Poachers, dumpers targeted

Those wanting to help stamp out poachers and polluters have a new weapon.

The BC Wildlife Federation released an iPhone app that lets users take geo-referenced, time-stamped pictures or videos to report illegal activity in the backcountry.

“By using the app to text your observations, you are helping – in a big way– our thinly stretched enforcement people to avoid wasting valuable follow-up response time, by pinpointing the specific geo-location, time, date, and capturing an image of your observed infractions," said Rick Simpson, from the BCWF's Okanagan region.

"This is an exciting time for conservation.”

Reports can be submitted in confidentiality and are forwarded automatically to the appropriate enforcement agency. The app works both within cell service and out of service, as it uses the phone's GPS.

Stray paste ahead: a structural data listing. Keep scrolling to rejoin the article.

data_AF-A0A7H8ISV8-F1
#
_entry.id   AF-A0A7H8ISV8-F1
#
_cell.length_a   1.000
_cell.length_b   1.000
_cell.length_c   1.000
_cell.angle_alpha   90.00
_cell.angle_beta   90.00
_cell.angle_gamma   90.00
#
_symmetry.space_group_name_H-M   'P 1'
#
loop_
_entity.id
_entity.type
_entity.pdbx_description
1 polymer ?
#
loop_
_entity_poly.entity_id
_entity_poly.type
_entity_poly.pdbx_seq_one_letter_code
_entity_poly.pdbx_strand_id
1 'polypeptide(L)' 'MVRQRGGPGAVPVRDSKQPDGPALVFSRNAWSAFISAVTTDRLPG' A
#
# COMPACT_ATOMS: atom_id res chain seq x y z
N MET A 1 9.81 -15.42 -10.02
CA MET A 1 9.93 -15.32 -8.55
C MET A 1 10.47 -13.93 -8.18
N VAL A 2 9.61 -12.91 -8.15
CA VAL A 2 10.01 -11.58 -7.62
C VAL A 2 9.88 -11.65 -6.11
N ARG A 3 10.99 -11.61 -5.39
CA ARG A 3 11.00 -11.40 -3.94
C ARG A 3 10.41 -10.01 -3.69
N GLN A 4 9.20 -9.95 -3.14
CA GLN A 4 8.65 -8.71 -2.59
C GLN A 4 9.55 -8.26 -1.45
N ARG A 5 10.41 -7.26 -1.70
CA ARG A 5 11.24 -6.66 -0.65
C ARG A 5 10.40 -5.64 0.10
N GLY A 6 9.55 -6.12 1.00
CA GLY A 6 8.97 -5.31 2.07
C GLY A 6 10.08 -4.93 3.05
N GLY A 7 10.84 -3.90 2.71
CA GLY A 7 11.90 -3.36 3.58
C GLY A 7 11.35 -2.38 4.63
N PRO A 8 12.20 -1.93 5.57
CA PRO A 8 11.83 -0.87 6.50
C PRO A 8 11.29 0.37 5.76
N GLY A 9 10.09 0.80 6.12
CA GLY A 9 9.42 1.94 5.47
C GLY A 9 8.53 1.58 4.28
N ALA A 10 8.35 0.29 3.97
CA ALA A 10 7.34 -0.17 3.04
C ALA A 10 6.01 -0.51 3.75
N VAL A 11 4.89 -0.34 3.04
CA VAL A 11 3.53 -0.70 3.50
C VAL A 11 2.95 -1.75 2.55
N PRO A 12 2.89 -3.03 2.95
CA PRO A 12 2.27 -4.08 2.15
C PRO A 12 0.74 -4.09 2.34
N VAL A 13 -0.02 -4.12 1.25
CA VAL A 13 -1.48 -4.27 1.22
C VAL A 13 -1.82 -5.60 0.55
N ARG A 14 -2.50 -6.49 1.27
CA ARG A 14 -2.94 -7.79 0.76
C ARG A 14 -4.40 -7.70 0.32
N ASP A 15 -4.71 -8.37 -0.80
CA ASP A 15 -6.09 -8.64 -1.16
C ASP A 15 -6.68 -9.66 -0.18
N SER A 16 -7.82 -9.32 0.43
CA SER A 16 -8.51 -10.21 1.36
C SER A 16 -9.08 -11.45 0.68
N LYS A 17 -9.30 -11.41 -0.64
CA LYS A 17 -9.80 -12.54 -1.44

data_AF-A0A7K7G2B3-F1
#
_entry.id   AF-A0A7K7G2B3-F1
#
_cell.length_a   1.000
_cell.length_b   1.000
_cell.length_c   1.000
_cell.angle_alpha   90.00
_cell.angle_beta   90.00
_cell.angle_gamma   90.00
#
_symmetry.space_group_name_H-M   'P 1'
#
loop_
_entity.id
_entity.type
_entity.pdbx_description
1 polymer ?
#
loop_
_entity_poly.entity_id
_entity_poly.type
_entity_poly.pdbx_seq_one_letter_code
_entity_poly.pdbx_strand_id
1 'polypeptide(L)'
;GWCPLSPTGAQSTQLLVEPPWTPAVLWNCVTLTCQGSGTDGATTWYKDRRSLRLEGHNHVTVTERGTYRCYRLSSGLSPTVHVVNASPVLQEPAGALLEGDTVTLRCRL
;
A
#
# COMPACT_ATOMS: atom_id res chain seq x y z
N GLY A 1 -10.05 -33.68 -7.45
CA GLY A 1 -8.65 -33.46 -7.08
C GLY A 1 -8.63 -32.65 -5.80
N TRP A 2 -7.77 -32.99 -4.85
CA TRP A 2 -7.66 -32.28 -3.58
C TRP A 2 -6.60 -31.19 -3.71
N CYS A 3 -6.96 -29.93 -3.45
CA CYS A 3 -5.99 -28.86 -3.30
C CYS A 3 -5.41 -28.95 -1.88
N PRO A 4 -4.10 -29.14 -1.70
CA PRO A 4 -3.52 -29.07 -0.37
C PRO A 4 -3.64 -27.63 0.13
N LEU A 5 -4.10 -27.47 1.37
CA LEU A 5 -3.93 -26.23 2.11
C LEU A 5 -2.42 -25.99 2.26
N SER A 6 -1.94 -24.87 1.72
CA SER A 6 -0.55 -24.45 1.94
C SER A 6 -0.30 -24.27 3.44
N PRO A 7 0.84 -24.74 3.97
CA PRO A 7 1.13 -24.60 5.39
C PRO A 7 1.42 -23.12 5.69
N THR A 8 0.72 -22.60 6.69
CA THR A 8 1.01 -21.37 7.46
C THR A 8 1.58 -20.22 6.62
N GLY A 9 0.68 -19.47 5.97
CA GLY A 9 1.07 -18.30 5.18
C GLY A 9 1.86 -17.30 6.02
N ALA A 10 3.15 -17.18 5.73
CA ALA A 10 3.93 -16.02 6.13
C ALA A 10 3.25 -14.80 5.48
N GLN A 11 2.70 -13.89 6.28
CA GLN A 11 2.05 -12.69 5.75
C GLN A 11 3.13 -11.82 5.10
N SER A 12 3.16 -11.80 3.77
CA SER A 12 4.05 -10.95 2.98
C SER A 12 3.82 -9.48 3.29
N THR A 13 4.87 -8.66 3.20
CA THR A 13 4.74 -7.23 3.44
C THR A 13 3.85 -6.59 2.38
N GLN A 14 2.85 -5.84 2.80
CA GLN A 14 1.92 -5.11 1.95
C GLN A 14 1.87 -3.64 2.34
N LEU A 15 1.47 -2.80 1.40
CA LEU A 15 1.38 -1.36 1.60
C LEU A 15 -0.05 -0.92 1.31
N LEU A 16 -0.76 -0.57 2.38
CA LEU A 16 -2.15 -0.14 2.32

A second component of the project is a BCWF "mapping website" that will show illegal environmental activity submitted by users, which the organization hopes will increase awareness of illegal activity.

The app was created at UBCO.

“We look forward to seeing how an app developed in our lab is able to help the efforts of the 50,000 BCWF members, interested members of the public, and the enforcement agencies they assist,” said Jon Corbett, director of the university's Spatial Information for Community Engagement lab.

The Okanagan Basin Water Board’s grant program helped fund the app.

“We have seen an increasing number of issues in our backcountry, but also in the valley bottom, from ATVs and dirt-bikes being driven on dams and through wetlands, to dumping of household garbage in and near creeks, damage to riparian and fish habitat, and more” said Corinne Jackson, OBWB’s communications director.


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